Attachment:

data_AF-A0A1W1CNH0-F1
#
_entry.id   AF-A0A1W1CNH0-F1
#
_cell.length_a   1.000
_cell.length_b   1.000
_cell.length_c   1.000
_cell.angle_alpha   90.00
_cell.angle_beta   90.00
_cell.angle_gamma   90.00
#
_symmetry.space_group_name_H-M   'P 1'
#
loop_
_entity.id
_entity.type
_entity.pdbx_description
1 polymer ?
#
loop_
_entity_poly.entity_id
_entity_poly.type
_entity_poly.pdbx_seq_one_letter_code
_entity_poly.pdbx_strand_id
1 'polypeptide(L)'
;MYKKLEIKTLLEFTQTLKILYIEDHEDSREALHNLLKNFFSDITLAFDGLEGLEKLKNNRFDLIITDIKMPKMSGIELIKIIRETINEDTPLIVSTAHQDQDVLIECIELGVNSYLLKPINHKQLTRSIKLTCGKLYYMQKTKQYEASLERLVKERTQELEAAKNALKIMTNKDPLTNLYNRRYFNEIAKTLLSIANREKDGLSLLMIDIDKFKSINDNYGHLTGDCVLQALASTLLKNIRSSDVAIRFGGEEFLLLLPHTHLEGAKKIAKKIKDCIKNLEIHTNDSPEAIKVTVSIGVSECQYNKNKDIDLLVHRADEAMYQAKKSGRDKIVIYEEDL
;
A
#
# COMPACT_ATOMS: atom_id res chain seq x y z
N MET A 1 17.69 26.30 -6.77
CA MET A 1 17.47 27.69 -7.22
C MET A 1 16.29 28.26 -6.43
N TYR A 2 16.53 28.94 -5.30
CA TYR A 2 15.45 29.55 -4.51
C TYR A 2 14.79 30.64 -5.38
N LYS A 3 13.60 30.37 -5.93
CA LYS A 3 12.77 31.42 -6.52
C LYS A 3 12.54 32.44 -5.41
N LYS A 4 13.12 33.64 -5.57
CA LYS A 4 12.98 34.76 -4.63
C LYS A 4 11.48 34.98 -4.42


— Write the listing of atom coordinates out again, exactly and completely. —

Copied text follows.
data_AF-A0A1W1CNH0-F1
#
_entry.id   AF-A0A1W1CNH0-F1
#
_cell.length_a   1.000
_cell.length_b   1.000
_cell.length_c   1.000
_cell.angle_alpha   90.00
_cell.angle_beta   90.00
_cell.angle_gamma   90.00
#
_symmetry.space_group_name_H-M   'P 1'
#
loop_
_entity.id
_entity.type
_entity.pdbx_description
1 polymer ?
#
loop_
_entity_poly.entity_id
_entity_poly.type
_entity_poly.pdbx_seq_one_letter_code
_entity_poly.pdbx_strand_id
1 'polypeptide(L)'
;MYKKLEIKTLLEFTQTLKILYIEDHEDSREALHNLLKNFFSDITLAFDGLEGLEKLKNNRFDLIITDIKMPKMSGIELIKIIRETINEDTPLIVSTAHQDQDVLIECIELGVNSYLLKPINHKQLTRSIKLTCGKLYYMQKTKQYEASLERLVKERTQELEAAKNALKIMTNKDPLTNLYNRRYFNEIAKTLLSIANREKDGLSLLMIDIDKFKSINDNYGHLTGDCVLQALASTLLKNIRSSDVAIRFGGEEFLLLLPHTHLEGAKKIAKKIKDCIKNLEIHTNDSPEAIKVTVSIGVSECQYNKNKDIDLLVHRADEAMYQAKKSGRDKIVIYEEDL
;
A
#
# COMPACT_ATOMS: atom_id res chain seq x y z
N MET A 1 17.69 26.30 -6.77
CA MET A 1 17.47 27.69 -7.22
C MET A 1 16.29 28.26 -6.43
N TYR A 2 16.53 28.94 -5.30
CA TYR A 2 15.45 29.55 -4.51
C TYR A 2 14.79 30.64 -5.38
N LYS A 3 13.60 30.37 -5.93
CA LYS A 3 12.77 31.42 -6.52
C LYS A 3 12.54 32.44 -5.41
N LYS A 4 13.12 33.64 -5.57
CA LYS A 4 12.98 34.76 -4.63
C LYS A 4 11.48 34.98 -4.42